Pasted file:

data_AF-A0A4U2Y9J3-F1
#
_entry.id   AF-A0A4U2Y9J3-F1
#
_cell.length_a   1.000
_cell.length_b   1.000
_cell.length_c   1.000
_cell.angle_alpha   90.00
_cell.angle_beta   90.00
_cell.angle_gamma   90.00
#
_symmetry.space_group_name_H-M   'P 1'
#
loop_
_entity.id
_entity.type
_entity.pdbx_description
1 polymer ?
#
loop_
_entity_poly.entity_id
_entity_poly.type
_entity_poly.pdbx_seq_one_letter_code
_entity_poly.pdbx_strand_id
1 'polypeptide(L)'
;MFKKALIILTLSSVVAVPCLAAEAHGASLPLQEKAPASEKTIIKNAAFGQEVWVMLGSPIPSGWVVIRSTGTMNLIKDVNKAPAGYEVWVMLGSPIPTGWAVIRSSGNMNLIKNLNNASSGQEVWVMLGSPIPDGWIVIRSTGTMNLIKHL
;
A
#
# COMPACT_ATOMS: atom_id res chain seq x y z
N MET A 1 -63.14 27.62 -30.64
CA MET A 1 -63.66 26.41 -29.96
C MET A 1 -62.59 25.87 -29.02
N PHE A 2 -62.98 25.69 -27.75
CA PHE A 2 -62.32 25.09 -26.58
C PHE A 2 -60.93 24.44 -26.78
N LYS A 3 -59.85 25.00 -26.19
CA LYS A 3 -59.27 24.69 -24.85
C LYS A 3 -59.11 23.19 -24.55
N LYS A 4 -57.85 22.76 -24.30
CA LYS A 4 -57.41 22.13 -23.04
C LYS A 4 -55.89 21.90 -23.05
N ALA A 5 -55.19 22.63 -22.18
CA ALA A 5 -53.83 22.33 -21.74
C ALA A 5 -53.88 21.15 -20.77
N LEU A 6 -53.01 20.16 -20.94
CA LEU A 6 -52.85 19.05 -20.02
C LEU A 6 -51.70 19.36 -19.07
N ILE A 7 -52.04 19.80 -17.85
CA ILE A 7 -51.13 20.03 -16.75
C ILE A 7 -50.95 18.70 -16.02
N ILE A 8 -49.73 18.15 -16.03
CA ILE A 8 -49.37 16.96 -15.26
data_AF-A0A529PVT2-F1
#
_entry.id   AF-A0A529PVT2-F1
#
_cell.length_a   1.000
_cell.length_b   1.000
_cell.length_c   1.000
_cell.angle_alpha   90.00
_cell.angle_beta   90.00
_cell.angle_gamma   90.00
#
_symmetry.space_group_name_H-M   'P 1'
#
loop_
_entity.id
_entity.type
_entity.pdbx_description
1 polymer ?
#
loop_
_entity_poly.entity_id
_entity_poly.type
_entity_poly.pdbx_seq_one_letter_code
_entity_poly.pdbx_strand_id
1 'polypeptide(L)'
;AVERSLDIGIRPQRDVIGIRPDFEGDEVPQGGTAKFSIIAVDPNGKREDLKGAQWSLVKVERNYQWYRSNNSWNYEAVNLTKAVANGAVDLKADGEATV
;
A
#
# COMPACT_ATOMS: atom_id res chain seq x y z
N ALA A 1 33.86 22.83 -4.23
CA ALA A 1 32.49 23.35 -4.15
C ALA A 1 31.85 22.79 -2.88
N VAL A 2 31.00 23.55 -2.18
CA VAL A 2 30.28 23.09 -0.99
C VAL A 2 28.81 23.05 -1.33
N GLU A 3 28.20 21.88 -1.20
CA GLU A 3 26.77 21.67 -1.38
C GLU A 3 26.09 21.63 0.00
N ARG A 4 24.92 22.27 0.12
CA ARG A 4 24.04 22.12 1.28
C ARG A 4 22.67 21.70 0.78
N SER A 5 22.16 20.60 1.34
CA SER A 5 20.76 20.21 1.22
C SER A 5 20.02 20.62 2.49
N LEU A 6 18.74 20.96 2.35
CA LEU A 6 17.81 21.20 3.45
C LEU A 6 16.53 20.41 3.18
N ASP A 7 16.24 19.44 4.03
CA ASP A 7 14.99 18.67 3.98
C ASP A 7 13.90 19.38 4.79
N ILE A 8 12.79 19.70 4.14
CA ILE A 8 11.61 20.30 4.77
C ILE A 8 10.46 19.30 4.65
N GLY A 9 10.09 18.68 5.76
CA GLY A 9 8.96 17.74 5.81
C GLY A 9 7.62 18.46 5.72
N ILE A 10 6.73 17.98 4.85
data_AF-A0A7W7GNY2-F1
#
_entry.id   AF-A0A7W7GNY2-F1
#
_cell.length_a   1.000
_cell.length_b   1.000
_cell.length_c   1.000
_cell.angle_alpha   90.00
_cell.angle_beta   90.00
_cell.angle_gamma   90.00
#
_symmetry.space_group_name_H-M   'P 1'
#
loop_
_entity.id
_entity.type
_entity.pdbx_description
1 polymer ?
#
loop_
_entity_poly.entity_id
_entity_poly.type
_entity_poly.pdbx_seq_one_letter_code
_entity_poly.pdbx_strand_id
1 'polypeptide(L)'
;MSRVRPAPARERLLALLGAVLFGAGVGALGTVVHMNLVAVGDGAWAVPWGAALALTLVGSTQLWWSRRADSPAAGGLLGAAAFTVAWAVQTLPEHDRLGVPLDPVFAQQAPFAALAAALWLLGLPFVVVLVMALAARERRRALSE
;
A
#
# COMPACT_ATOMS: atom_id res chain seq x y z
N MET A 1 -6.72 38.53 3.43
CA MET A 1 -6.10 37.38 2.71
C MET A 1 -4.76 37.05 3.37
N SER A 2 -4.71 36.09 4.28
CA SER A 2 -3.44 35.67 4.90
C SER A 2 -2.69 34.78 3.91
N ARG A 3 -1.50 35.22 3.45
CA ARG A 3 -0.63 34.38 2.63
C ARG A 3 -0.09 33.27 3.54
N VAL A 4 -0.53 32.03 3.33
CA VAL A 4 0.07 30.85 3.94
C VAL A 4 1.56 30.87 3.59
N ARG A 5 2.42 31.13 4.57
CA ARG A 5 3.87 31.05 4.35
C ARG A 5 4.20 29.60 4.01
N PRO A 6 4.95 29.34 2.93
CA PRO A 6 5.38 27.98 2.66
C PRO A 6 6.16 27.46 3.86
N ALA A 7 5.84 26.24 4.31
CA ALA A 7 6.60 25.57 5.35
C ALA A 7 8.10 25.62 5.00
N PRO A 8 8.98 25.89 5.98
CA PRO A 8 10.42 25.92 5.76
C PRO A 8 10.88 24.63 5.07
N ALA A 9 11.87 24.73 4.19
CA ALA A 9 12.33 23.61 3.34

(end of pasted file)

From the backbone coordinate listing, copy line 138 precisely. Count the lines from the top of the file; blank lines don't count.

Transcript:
;